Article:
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10 April 2008

Of Mischievous Sprites

I have a tale to tell about a Kuttichathan. For those of you who do not know what that means, how shall I explain? Can I call it a ghost? No. A vampire? No, not at all. A poltergeist? Well, maybe, but that is not exactly it, either. For those of you Keralites who know your ancestral homes, the legends that abound around them and the pranks that are played without your knowledge, a 'Kuttichathan' needs no introduction. For others, I really cannot explain him to my satisfaction or yours.

Suffice it to say he does exist.

Ah well, maybe some things are better unexplained. My personal Kuttichathan is at my shoulder prodding me to set his story down. How do I know? Well, I have just lost sight of a paper I laid on this very table only a few minutes ago, that's how I know.
But, oh, I have twisted things about. What a way to tell a story. It is a shame for a teller of tales to get before herself. Every story must needs begin at the beginning. For there, in the beginning, is the seed of all things to come. So wait awhile and rest, and hear me out with patience.

In the beginning there was a small flat in a city that was once called Bombay. They have changed it to some outlandish name now, but I am old-fashioned, so I shall call it by the name it had been called for ages. So, in the beginning there was a small flat in Bombay. A tiny little flat, where the living room doubled as a bedroom in the night and the single bedroom doubled as an everything-room in the daytime. Where the kitchen-window served as a meeting place for crows and pigeons, and the kitchen itself as a dining room. Where you opened your window and looked straight at your neighbour's kitchen. And all these rooms were so piled up with things that you couldn't stand in the middle of it and twirl your arms without hitting something or someone.

The point I am trying to make is this: you couldn't hide anything in any of these rooms because there was no place for anything to be hid.

I now come to the crux of the matter -- in spite of having place only to stand and breathe, we still managed to lose a startlingly large number of things. My husband's life insurance policy, our cupboard keys, my mother-in-law's change purse, the house keys, odd bits of paper that you never think you need until you lose it and suddenly it becomes a matter of life and death to get your hands on it, every pen in the house (especially pens), oh, all sorts of things. Of course, we ransacked the house, turning it upside down, or inside out if you prefer, looking for all the things we lost. And of course, we either found them in places where we were very sure we had NOT kept them or we never found them at all.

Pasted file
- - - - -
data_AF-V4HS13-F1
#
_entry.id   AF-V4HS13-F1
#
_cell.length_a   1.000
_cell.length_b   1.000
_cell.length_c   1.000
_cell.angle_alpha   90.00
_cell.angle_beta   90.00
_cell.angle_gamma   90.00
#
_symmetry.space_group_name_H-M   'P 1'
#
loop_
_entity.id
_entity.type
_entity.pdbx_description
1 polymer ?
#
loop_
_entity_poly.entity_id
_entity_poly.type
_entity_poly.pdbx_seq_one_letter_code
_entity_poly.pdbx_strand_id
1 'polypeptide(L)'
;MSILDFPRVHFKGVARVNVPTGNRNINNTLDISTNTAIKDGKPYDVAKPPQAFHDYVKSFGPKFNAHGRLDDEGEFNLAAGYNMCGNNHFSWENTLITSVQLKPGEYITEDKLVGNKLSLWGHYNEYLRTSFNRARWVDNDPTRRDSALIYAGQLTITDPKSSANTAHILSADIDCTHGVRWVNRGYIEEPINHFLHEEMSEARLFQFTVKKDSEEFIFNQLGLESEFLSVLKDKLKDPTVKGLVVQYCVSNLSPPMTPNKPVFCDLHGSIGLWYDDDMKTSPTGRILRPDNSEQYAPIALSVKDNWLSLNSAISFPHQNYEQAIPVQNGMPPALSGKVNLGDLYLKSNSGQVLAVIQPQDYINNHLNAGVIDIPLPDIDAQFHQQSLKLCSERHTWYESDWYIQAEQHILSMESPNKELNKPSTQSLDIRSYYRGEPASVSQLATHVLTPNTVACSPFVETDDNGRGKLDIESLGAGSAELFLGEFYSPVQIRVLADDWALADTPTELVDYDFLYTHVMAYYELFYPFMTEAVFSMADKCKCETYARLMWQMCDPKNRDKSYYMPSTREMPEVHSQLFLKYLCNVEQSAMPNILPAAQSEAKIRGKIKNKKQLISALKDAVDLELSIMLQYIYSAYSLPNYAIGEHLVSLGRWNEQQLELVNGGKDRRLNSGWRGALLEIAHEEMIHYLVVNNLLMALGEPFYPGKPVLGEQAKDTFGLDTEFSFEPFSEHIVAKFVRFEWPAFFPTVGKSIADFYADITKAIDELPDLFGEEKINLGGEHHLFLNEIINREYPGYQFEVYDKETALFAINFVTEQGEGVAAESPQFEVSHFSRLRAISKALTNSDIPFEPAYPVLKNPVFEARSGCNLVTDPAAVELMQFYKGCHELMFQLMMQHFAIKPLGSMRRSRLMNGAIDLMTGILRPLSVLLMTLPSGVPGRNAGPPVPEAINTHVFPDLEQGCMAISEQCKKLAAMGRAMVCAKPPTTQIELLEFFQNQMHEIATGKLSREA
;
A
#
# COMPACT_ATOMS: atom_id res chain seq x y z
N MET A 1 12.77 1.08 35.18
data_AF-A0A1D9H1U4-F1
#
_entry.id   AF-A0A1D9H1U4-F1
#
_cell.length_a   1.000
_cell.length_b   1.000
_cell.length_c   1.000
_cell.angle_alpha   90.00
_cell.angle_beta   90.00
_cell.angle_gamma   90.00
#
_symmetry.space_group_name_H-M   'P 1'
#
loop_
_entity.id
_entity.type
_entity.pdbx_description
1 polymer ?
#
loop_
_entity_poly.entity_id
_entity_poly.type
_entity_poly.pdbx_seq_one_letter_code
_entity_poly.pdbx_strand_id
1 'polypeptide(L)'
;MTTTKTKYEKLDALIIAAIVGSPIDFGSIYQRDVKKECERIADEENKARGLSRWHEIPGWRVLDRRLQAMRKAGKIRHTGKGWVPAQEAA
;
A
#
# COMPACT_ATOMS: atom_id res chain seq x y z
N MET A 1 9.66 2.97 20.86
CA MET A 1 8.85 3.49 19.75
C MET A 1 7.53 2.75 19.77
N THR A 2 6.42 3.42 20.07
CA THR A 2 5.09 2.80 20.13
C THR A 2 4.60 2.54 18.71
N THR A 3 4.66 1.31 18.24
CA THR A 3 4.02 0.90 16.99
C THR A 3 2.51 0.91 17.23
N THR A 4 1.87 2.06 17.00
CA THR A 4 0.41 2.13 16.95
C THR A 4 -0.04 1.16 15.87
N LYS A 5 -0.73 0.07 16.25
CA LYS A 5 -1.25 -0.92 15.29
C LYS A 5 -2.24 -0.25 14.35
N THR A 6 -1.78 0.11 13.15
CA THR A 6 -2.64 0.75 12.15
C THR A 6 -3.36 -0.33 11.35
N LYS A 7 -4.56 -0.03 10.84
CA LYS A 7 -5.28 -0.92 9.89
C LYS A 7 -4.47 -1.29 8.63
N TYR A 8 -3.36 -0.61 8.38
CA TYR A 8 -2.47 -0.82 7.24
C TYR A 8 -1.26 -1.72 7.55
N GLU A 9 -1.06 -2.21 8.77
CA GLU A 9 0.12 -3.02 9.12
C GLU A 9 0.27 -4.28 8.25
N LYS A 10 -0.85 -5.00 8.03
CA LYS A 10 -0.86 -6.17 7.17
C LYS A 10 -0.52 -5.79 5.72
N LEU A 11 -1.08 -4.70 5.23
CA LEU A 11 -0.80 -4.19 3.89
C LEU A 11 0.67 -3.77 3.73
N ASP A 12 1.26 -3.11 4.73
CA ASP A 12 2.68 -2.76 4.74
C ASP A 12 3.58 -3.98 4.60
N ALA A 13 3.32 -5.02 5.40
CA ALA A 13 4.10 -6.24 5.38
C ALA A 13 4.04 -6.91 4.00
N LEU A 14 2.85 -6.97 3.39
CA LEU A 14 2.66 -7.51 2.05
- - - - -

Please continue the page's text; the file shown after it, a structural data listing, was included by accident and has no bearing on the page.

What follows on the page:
In tones ranging from the angry to the exasperated to the whining, we all said, quite emphatically, that we really had kept this or that or the other here, but of course, someone must have moved it! It was as if the louder we said it, the less culpable we were. My husband sifted through the dustbin every other day looking for things lost, under the vague belief that if it was not anywhere in the house, it had to be in the trash. Finally, exasperated beyond belief, my mother-in-law said, “I really can't think where these things disappear to. We must be having a Kuttichathan in the house.”

Now, dear people, I must apologise. Cast your eyes at the first paragraph, and discerning readers that you are, you will at once notice that this is where the explanation should come in. But since you would have already discerned what or who a Kuttichathan is, I shall now proceed with the rest of the story. Allow me.

So, now, all was explained. At least, to my discerning mind it was. I was sure I even knew where it lived. My husband had an ancient radio on which he used to listen to his favourite Sangeet Sarita program. It had been placed lovingly on an even more ancient shelf in the living room, a shelf that looked as if it had never been touched since the day he came into the house as a six-month-old baby 39 years ago. On his return from his first visit to the US, he discovered much to his chagrin that his mother had sold the radio to her favourite raddiwallah. In fact, the shelf itself had been given away and in its place was a spanking new entertainment centre, with a new TV to boot.

After hearing this story, I was quite sure that the Kuttichathan angry at losing his old home, must have shifted behind the TV, and not finding it quite to his liking (after all, it wasn't quite so dusty, or crowded now), had decided to play mischief. But, I digress.

I was talking about how I was sure the Kuttichathan was not a figment of my mother-in-law's imagination. After all, if there was a Kuttichathan loose in the house, it explained how my favourite pearl bracelet that I was sure I had kept safely inside my cupboard (and which had inexplicably disappeared when I looked for it a week later) was discovered behind the amplifier in the living room. My husband, I think, remained unconvinced. Oh, he did say, that time he lost his favourite Parker pen, that he rather thought that the Kuttichathan had it, but as he continued to look under the sofa cushions at the same time, I do not think he was a true believer.